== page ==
Preprint version. Geotechnical Testing Journal, Volume 24, Issue 4, December 1, 2001, pages 359-369.
NOTE: At the time of publication, the author Nazli Yessiler was not yet affiliated with Cal Poly.
The definitive version is available at https://doi.org/10.1520/GTJ11133J.
Tests were conducted to determine thickness of smooth, nonreinforced geomembranes using three methods: mechanical (according to ASTM and European standards), ultrasonic, and magnetic methods. The mechanical method is the standard procedure used for determining thickness of geomembranes. The ultrasonic and magnetic methods are not commonly used for geomembranes; however, they are used for testing other materials such as metals. Tests were conducted on 15 geomembranes representing five types of polymers (HDPE, LLDPE, PVC, PP, and EPDM). The results of the testing program indicated that the level of pressures applied affected the thickness measurements in mechanical tests. While the low pressures were not sufficient to flatten particularly the rigid geomembranes, the high pressures tended to compress the geomembranes excessively. Both high and low pressures prevented obtaining representative measurements. The measurements obtained using the ASTM method were more reliable than the measurements obtained with the European method, although it is believed that the most reliable measurements can be obtained by the nondestructive methods (ultrasonic and magnetic). These techniques are sensitive only to the thickness of the materials due to the inherent properties of the test procedures, and they work equally well for rigid and flexible geomembranes. Of the two nondestructive methods, ultrasonic testing is better due to several advantages: it allows for testing from the top surface of geoembranes in the laboratory or in the field, and it can be used on coupons of geomembranes as well as on whole sheets without the need for removing test samples. Both nondestructive methods can be improved for application to geomembranes.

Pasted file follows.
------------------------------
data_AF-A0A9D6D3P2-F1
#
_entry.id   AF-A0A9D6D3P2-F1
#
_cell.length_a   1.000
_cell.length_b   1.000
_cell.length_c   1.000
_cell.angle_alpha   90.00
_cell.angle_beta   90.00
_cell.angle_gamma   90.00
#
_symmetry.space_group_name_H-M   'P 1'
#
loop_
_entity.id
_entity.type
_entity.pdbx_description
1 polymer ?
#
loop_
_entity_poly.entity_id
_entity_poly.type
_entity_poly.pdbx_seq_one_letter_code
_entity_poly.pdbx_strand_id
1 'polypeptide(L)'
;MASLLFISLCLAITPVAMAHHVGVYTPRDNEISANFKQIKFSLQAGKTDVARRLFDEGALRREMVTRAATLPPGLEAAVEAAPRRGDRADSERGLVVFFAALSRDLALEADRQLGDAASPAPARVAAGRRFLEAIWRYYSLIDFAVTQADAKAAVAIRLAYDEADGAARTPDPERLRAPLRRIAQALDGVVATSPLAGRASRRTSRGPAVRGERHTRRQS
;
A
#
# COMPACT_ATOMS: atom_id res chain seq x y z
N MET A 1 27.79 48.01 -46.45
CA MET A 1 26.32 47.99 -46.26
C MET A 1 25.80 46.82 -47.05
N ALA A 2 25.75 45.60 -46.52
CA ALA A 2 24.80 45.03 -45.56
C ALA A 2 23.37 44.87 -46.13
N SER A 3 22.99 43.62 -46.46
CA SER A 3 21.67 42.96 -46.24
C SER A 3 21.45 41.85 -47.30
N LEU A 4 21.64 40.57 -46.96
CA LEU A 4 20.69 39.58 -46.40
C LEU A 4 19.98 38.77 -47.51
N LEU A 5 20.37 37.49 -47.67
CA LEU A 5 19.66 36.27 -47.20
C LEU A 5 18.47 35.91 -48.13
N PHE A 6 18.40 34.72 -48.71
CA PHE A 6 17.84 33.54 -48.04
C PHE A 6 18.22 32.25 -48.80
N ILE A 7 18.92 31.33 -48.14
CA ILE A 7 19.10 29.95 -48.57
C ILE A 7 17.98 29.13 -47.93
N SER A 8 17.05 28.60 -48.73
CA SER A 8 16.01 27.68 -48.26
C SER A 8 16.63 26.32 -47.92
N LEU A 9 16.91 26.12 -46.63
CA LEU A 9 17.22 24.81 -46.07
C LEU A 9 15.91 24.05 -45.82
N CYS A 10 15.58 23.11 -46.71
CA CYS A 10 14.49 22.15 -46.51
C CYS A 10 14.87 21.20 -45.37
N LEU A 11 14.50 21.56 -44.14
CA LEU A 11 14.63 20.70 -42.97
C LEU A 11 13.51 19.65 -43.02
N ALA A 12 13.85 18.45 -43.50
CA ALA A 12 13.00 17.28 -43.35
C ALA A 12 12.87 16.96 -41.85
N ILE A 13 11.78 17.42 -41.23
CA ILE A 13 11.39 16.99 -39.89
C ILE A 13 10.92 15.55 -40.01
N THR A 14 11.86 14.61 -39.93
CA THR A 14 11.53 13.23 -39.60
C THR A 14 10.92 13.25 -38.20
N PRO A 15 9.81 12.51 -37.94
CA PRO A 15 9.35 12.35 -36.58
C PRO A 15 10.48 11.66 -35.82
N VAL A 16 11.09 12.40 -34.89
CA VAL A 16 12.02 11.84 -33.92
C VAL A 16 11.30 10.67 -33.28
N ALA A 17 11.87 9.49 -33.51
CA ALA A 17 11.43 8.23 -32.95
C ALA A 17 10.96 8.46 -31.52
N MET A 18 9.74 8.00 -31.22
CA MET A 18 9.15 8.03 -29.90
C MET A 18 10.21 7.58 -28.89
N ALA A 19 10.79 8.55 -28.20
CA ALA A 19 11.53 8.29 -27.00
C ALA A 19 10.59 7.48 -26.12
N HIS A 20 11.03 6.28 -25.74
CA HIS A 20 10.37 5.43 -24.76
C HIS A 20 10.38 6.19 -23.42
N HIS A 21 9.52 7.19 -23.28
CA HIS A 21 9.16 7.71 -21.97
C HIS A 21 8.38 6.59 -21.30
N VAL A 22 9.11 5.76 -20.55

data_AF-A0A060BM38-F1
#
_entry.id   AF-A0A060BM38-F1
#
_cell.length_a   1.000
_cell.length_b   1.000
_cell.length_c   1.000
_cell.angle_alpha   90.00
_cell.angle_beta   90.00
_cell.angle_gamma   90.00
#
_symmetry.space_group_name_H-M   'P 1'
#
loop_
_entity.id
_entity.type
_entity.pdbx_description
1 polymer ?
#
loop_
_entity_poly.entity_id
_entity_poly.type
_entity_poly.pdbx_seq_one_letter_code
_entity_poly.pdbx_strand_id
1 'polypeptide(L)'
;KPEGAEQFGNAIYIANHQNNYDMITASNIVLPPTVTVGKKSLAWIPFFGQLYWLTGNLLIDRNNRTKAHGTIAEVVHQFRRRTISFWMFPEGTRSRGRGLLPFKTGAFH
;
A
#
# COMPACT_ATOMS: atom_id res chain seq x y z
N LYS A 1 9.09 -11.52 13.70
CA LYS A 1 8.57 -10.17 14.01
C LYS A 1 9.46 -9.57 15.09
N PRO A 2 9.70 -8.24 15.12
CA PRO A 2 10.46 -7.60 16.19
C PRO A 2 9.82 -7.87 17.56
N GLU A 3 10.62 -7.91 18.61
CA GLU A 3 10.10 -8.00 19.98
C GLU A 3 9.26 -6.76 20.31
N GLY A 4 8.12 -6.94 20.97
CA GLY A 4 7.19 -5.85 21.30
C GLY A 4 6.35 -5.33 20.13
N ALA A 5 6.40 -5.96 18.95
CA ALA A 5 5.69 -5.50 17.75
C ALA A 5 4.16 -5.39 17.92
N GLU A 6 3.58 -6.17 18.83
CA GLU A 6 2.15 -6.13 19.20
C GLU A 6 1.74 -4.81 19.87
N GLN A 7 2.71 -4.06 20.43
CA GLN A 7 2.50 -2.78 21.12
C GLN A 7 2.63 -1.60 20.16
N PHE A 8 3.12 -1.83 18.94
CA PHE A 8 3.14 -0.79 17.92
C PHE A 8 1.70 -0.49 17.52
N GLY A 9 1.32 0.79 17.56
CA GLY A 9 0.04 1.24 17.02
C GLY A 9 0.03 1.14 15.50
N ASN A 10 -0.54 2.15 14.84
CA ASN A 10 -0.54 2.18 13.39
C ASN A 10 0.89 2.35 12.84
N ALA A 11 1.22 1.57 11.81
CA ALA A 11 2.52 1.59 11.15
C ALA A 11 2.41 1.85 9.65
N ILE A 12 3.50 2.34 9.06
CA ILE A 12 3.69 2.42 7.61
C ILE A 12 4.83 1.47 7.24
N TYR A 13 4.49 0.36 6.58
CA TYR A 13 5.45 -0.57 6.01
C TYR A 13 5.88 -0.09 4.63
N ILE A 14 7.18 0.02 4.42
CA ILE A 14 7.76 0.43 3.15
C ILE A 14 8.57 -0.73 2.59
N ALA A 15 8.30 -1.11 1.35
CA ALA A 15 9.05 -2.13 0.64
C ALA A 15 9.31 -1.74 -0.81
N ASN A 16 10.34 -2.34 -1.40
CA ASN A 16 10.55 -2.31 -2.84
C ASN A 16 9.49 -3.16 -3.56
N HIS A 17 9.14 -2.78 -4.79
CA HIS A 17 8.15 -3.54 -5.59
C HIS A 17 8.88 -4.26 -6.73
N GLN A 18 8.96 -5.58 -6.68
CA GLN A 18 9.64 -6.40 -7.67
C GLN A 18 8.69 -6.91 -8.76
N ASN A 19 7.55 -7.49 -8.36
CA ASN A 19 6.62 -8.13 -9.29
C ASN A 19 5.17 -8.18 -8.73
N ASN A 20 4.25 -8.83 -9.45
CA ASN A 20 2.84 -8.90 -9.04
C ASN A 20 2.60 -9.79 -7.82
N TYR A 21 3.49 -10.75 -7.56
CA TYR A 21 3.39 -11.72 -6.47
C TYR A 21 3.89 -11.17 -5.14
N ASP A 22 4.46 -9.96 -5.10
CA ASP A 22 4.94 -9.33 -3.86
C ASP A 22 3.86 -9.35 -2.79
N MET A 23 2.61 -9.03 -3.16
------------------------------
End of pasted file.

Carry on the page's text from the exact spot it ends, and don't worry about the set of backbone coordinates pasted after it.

Civil and Environmental Engineering
2001 ASTM International.